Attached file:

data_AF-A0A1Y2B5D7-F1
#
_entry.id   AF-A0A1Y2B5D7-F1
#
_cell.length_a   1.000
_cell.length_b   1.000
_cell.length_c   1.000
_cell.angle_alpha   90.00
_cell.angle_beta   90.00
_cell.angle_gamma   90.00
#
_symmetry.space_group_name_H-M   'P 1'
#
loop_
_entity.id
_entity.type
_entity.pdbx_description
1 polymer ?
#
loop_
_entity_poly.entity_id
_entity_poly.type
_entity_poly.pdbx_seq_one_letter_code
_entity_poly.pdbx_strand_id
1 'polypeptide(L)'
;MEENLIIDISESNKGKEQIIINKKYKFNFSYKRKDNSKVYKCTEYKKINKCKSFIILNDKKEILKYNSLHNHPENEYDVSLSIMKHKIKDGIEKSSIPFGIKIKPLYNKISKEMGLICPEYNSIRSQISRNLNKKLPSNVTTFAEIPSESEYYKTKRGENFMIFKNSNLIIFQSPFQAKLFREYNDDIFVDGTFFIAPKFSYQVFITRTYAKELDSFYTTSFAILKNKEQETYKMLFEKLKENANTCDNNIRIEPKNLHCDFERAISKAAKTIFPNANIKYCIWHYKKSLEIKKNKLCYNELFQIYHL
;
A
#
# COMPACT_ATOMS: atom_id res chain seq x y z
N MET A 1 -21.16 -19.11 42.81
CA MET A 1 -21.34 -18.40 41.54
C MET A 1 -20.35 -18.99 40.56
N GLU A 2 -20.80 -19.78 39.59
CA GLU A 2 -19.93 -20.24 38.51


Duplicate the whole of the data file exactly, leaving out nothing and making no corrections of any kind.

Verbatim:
data_AF-A0A1Y2B5D7-F1
#
_entry.id   AF-A0A1Y2B5D7-F1
#
_cell.length_a   1.000
_cell.length_b   1.000
_cell.length_c   1.000
_cell.angle_alpha   90.00
_cell.angle_beta   90.00
_cell.angle_gamma   90.00
#
_symmetry.space_group_name_H-M   'P 1'
#
loop_
_entity.id
_entity.type
_entity.pdbx_description
1 polymer ?
#
loop_
_entity_poly.entity_id
_entity_poly.type
_entity_poly.pdbx_seq_one_letter_code
_entity_poly.pdbx_strand_id
1 'polypeptide(L)'
;MEENLIIDISESNKGKEQIIINKKYKFNFSYKRKDNSKVYKCTEYKKINKCKSFIILNDKKEILKYNSLHNHPENEYDVSLSIMKHKIKDGIEKSSIPFGIKIKPLYNKISKEMGLICPEYNSIRSQISRNLNKKLPSNVTTFAEIPSESEYYKTKRGENFMIFKNSNLIIFQSPFQAKLFREYNDDIFVDGTFFIAPKFSYQVFITRTYAKELDSFYTTSFAILKNKEQETYKMLFEKLKENANTCDNNIRIEPKNLHCDFERAISKAAKTIFPNANIKYCIWHYKKSLEIKKNKLCYNELFQIYHL
;
A
#
# COMPACT_ATOMS: atom_id res chain seq x y z
N MET A 1 -21.16 -19.11 42.81
CA MET A 1 -21.34 -18.40 41.54
C MET A 1 -20.35 -18.99 40.56
N GLU A 2 -20.80 -19.78 39.59
CA GLU A 2 -19.93 -20.24 38.51